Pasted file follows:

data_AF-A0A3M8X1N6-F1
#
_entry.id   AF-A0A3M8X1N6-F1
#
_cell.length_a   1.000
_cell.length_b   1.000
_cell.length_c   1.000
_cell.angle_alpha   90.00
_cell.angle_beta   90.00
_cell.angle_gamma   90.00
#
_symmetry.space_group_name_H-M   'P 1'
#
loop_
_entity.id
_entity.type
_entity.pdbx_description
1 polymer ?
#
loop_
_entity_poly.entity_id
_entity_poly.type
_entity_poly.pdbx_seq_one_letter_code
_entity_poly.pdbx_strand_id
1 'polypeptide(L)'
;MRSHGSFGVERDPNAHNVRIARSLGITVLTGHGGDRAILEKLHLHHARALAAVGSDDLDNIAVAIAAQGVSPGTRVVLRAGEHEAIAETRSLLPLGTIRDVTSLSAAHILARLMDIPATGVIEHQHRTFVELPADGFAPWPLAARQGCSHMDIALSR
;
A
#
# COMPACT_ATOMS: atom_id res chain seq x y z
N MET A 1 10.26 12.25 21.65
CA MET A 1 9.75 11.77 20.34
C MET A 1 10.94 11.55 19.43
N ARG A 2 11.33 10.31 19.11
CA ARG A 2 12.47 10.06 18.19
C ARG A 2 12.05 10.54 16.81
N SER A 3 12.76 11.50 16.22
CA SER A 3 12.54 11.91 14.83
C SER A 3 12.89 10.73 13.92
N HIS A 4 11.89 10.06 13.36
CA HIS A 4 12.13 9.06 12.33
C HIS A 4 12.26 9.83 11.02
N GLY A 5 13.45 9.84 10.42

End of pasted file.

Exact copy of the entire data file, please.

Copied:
data_AF-A0A3M8X1N6-F1
#
_entry.id   AF-A0A3M8X1N6-F1
#
_cell.length_a   1.000
_cell.length_b   1.000
_cell.length_c   1.000
_cell.angle_alpha   90.00
_cell.angle_beta   90.00
_cell.angle_gamma   90.00
#
_symmetry.space_group_name_H-M   'P 1'
#
loop_
_entity.id
_entity.type
_entity.pdbx_description
1 polymer ?
#
loop_
_entity_poly.entity_id
_entity_poly.type
_entity_poly.pdbx_seq_one_letter_code
_entity_poly.pdbx_strand_id
1 'polypeptide(L)'
;MRSHGSFGVERDPNAHNVRIARSLGITVLTGHGGDRAILEKLHLHHARALAAVGSDDLDNIAVAIAAQGVSPGTRVVLRAGEHEAIAETRSLLPLGTIRDVTSLSAAHILARLMDIPATGVIEHQHRTFVELPADGFAPWPLAARQGCSHMDIALSR
;
A
#
# COMPACT_ATOMS: atom_id res chain seq x y z
N MET A 1 10.26 12.25 21.65
CA MET A 1 9.75 11.77 20.34
C MET A 1 10.94 11.55 19.43
N ARG A 2 11.33 10.31 19.11
CA ARG A 2 12.47 10.06 18.19
C ARG A 2 12.05 10.54 16.81
N SER A 3 12.76 11.50 16.22
CA SER A 3 12.54 11.91 14.83
C SER A 3 12.89 10.73 13.92
N HIS A 4 11.89 10.06 13.36
CA HIS A 4 12.13 9.06 12.33
C HIS A 4 12.26 9.83 11.02
N GLY A 5 13.45 9.84 10.42